Investors were faced with a perplexing question as we entered the second quarter of 2004. How could the economy continue to grow if the unemployed
The first quarter of 2004 provided a clear example of why diversification is so important to any long term investor. Portfolios allocated across several asset classes in the first quarter produced strong returns despite tame performance in portions of the US equity market. Returns for real estate, bonds, and international and small cap equities significantly outpaced modest declines in the Nasdaq and Dow. Those with even small allocations in the strong market sectors realized healthy performance for the quarter despite the late quarter fade in technology and large-cap industrial stocks.
Past performance is no guarantee of future results
Best among the class of positive performers was real estate with the Wilshire REIT Index posting a strong 12.07% for the quarter. Small-cap equity followed with the Russell 2000 Index returning 6.26%. Morgan Stanley’s International Equity EAFE index gained 4.40%. These returns, when combined with the gain of 1.69% for the S&P 500 or the –0.35% return of the Nasdaq, left the diversified investor in good shape at quarter end.
Several factors combined to support most market segments during the quarter. One major factor was the decline in interest rates for bonds maturing in 10 years. Many lenders set long-term mortgage rates around the 10 year US Treasury yield. As this yield declined during the quarter we saw a pick-up in real estate values as more people became eligible to own property. The increased demand to buy property pushed prices up. The return for the Wilshire REIT Index is evidence of this. Also benefiting directly from the drop in rates was the bond market with bond prices and interest rates moving up as rates declined.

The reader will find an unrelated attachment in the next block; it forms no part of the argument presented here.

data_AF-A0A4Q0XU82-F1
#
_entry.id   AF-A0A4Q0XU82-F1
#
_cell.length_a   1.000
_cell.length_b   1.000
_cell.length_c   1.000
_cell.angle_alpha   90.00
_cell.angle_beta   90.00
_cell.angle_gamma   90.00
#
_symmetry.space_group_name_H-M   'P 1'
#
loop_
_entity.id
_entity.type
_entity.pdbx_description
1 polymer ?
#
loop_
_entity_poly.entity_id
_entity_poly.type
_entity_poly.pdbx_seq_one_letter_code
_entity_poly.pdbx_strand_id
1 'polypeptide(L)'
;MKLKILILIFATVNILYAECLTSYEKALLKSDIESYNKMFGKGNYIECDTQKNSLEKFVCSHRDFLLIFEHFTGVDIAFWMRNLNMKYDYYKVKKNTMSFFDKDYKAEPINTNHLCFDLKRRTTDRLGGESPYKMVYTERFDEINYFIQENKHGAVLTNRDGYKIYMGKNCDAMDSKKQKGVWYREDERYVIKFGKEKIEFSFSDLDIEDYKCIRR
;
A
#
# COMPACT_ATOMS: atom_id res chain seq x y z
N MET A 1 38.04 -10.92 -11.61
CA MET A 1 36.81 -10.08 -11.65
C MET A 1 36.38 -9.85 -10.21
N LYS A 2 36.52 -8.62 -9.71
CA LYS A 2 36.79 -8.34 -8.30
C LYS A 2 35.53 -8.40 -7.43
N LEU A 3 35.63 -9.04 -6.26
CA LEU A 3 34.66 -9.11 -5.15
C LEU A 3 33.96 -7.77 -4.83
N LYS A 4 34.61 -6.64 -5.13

The drop in interest rates was brought about by slow growth in employment during the quarter, low inflation and what is called a “flight to quality” in the markets. The term “flight to quality” is used to describe a rush to the US Treasury markets when events take place that cause temporary market uncertainty. We saw this following the bombings in Madrid in March. The desire to own the safety of US Treasury Bonds increased after the Madrid terrorist attacks and this pushed rates still lower.
As we enter the second quarter the economy continues to look fundamentally solid. Year over year CPI remains below 2% despite the spike in fuel prices. Housing construction and home sales remain robust, durable goods orders have turned positive and the Federal Open Market Committee (FOMC) seems content leaving interest rates low for now. The forces remain intact for continued economic growth and this should have a positive influence on the US equity market.
Counter to data received during the first quarter, the second quarter opened with a strong employment report posted on April 2nd. Job growth of 308,000 far exceeded the consensus forecast of 123,0001. This is a shift from the first quarter and should support second quarter retail sales. Since the consumer represents 67% of Gross Domestic Product in the US, the economy can really heat up when the consumer has more money to spend. The interest rate setting arm of the government, the FOMC, will keep a keen eye on this. If month-to-month employment growth should continue above 200,000 going forward, the FOMC may look to hike rates sooner as opposed to later.
The investment environment over the past 12 months has been quite robust. We see little over the near-term that should change these conditions. The November Presidential election is several months away so any concern over a change in the political landscapeshould be slow to develop. Although terrorism will continue as a wildcard, we remain optimistic that any market influence from another event will be much like the Madrid impact, short-lived. In any event, we remain confident in the strong capabilities and resources dedicated to the ongoing monitoring and management of your portfolio.
i Source: Bloomberg